“Conservation” by Mrs. F.B. Ashcraft, from the June 16, 1916 issue of The Monroe Journal.
(A paper read before the Woman’s Club and published by special request.)
I shall not attempt to discuss conservation in its broadest sense. As it pertains to our forests, our mountains, our Niagara Falls, not even Monroe’s shady trees, for they have been ruthlessly sacrificed for a block of cement. To simplify the word it means to save, to preserve. So today I want to make the application very practical. I want to discuss a very vital side of conservation, namely, the saving of our Monroe boys and girls, and Monroe’s yards, gardens, streets, alleys and public grounds.
For the second time I present my views to an organization of public-spirited women. It is not a fine spun theory of mine, but as I am very much a home-lady, I should say it is a home-spun theory, for I have given it right much serious and sometimes unpleasant thought. There are people who object to anything that calls for money, or more money, this might appeal to them as it requires no extra outlay of money but, is neither a money saving scheme.
It is this—That the children of the public schools be graded or given credit on their monthly reports for work done in their home or around their homes, that is, domestic work, physical and manual labor, to enumerate: cooking, sweeping, washing dishes, sewing, cutting wood, carrying it in, cleaning yards and side-walks, and the backs of the premises, working in the flower yard or garden, in fact, anything that children and young people can and should do.
Some one may say, what is the object of this? I should say:
Firstly—To teach our boys and girls habits of industry, to teach them to be able to appreciate a well-kept sanitary home and something of what the mother has to do in the home.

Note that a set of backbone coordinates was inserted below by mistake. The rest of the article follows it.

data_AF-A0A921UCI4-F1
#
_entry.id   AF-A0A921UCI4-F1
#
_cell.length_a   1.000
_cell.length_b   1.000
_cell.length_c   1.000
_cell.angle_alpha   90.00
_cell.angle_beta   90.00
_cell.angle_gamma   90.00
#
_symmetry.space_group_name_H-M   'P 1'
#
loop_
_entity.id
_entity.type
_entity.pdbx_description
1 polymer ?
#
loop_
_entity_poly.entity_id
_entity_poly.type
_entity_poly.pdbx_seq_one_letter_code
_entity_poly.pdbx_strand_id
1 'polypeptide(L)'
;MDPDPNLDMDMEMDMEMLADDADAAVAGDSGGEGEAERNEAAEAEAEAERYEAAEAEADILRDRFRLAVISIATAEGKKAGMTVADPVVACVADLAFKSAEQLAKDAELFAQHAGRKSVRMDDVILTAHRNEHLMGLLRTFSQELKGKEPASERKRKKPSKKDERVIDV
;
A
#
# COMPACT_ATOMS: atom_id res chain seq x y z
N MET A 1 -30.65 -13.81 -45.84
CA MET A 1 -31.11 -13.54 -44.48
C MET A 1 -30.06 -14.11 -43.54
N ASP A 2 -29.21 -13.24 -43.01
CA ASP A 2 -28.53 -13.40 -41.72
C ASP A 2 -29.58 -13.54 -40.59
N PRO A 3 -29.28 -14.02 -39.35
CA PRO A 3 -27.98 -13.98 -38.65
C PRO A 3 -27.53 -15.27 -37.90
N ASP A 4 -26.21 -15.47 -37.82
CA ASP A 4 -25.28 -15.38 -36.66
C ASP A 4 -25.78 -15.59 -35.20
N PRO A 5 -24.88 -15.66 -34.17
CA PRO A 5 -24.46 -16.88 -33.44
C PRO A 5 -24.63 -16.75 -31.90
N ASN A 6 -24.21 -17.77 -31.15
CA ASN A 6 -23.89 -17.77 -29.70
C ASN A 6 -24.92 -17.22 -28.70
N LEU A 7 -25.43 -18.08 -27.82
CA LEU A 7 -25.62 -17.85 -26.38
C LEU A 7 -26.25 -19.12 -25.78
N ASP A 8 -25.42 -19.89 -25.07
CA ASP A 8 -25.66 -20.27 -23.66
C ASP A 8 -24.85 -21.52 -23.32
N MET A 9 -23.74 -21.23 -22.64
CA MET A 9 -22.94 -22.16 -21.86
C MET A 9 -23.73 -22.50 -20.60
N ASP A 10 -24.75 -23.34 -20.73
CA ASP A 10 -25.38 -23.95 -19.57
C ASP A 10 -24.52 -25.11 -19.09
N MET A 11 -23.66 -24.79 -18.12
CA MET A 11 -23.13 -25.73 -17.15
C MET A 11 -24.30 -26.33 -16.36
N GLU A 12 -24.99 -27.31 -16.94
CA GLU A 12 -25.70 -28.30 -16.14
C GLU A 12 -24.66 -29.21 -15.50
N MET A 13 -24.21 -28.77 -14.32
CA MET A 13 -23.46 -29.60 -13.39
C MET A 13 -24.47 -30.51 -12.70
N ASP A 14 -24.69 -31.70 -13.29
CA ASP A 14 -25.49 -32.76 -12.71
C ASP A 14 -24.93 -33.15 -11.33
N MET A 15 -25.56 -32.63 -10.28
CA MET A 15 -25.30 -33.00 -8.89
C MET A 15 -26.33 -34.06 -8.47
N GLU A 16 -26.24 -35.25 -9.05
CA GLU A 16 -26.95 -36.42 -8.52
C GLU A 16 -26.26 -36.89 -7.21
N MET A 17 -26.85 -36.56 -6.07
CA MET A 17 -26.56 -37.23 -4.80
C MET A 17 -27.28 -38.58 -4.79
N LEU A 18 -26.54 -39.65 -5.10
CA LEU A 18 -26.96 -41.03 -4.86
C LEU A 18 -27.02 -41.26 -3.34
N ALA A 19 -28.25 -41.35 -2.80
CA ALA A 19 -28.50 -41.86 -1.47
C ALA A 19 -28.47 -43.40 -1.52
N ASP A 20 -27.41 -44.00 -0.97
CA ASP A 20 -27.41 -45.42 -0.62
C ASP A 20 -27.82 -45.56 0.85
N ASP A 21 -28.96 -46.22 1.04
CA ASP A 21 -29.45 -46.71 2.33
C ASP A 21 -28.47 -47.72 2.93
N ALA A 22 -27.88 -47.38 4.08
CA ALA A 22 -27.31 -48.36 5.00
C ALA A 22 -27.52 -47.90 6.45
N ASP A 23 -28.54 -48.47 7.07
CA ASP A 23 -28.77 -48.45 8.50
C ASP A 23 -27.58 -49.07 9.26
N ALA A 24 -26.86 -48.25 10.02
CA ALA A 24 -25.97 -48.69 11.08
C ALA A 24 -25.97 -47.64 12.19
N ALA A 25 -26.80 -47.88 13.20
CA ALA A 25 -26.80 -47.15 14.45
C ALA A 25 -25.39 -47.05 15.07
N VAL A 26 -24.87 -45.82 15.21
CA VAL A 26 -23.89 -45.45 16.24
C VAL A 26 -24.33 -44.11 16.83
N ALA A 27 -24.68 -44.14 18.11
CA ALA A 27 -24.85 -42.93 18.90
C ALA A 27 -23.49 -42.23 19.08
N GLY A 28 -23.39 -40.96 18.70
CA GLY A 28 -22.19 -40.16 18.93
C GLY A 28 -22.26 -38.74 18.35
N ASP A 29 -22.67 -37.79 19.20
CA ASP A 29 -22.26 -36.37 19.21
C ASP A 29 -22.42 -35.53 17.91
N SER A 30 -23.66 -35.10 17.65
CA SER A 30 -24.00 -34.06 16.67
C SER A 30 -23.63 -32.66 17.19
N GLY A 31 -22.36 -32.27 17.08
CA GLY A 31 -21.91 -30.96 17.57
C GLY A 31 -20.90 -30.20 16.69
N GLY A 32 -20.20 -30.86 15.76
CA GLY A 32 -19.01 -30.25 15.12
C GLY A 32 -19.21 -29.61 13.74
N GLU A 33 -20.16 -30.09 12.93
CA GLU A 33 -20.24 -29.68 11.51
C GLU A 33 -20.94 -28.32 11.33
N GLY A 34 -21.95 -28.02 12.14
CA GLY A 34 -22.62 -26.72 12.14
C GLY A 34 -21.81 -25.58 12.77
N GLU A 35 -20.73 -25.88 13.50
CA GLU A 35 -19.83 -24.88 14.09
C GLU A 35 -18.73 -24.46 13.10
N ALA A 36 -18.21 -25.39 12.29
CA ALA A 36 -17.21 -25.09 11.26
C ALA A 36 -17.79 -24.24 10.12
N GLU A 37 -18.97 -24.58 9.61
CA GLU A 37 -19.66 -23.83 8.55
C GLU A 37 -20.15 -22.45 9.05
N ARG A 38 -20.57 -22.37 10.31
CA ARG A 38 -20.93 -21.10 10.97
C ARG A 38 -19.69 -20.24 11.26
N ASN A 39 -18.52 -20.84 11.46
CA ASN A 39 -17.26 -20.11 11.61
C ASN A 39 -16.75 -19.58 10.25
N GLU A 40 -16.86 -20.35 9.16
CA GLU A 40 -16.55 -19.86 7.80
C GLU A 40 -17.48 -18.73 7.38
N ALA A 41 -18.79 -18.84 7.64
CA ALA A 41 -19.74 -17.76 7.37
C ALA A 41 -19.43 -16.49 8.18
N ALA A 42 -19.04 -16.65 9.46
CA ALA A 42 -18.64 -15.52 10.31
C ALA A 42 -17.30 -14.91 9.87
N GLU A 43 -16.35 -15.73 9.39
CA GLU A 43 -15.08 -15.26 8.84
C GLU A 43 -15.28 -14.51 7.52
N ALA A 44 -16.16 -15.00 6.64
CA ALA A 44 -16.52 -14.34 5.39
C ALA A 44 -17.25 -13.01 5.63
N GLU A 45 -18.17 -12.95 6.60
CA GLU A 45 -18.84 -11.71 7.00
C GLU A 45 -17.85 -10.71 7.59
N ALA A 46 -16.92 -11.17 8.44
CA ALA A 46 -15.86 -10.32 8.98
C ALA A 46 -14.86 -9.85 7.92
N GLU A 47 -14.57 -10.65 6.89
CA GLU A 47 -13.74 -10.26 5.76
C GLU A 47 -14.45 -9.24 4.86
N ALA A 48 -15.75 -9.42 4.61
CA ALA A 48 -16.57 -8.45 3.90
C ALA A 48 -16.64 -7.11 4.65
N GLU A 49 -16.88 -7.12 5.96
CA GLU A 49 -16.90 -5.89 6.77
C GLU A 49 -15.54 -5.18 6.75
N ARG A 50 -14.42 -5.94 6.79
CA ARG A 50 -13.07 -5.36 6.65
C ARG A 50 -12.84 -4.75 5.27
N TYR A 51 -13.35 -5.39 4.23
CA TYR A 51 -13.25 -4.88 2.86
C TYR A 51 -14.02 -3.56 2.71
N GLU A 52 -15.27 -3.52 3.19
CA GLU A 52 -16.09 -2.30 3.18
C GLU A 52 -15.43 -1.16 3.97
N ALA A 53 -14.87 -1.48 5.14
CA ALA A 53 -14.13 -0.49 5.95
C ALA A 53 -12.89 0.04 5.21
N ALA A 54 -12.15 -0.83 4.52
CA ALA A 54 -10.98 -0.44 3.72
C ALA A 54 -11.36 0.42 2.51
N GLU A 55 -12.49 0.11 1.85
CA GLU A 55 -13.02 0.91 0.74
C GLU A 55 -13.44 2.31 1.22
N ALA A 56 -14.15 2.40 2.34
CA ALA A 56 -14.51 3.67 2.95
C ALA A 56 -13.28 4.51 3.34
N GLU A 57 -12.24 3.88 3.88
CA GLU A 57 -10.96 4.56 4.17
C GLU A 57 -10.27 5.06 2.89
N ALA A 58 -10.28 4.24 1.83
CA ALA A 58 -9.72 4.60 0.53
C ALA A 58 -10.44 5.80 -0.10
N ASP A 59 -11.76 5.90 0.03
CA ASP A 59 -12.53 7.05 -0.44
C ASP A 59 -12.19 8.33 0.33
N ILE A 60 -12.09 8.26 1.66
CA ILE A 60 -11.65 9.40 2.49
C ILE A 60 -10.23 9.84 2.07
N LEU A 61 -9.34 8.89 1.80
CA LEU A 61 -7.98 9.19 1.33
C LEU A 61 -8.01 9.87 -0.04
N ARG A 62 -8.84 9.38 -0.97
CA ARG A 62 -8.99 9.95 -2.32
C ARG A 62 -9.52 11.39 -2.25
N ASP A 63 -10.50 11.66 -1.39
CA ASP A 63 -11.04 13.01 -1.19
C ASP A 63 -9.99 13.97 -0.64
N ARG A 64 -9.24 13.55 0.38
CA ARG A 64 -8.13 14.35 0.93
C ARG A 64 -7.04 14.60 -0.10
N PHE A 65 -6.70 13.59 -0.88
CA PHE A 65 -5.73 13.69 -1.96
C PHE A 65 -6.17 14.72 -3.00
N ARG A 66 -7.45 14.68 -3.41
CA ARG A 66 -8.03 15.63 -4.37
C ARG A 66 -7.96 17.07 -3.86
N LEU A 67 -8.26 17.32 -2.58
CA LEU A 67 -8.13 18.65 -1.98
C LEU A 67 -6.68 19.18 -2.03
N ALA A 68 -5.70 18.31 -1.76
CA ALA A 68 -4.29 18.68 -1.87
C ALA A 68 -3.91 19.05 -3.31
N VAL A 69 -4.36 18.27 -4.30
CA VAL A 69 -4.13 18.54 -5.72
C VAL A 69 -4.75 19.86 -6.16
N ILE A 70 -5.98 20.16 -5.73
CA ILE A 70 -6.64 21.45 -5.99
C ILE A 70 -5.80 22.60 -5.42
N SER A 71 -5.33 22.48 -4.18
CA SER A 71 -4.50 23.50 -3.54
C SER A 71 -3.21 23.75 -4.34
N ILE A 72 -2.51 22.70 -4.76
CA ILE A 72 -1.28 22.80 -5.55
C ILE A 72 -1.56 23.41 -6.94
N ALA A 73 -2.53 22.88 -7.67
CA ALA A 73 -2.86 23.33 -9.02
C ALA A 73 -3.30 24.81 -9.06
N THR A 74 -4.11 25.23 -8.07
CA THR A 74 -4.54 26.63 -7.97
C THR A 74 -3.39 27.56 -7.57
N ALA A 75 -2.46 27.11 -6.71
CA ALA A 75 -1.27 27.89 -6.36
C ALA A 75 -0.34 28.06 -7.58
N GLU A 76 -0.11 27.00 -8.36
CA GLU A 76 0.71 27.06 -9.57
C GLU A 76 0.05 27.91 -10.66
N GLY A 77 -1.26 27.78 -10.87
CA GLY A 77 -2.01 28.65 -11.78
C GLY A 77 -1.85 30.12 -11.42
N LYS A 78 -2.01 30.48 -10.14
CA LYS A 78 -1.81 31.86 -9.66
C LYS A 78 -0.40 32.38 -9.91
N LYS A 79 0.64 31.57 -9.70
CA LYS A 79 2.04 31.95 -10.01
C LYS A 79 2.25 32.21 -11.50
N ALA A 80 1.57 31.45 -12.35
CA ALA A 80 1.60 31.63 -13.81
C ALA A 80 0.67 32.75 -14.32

Secondly—To teach them to stay at home contentedly and thereby keep them off the streets and intruding on others who wish to have their children work and study.
Thirdly—To teach them that work is honorable and a credit to them. If there are parents who have plenty of servants and it is not necessary for their children to work, let them show their public spirit by going out and helping beautify our town. We observe there are side walks that are disreputable.
Fourthly—To teach our boys and girls that it is unbecoming and a reflection on their home training to be seen on the streets of Monroe every afternoon and often at night, loafing at some corner, or at the picture show, ice cream counters, post office, or at the depot. It would be far more to their credit to be at home and relieve mother or father of some of the domestic cares.
Fifthly—It will partly or largely solve the servant problem and alone with other good reasons save money these war times. But some one says, how can I keep my boy or girl at home and employed when some John or Mary is always calling to them to come and let’s go up town, or play ball, or to walk, or to the depot, or picture show or something else.
It seems to me that some such system inaugurated in our public schools would be greatly beneficial to the children, the parents and the community. It would prove especially good if adopted in our mill and colored schools. Miss Sowman, the expert sent out by the United States government, recommends home gardening from a money making basis. I argue it for the conservation of our boys and girls. It has been dinned in our ears always that the smartest men came from the rural districts. Why? It is not because they are born with more brains, but mix their brains with their muscle and thereby saved from the devil’s work-shop. Listen! We cannot vote, but we can be training our future city officials.
The children need the work and the work needs the children.
--Mrs. F.B. Ashcraft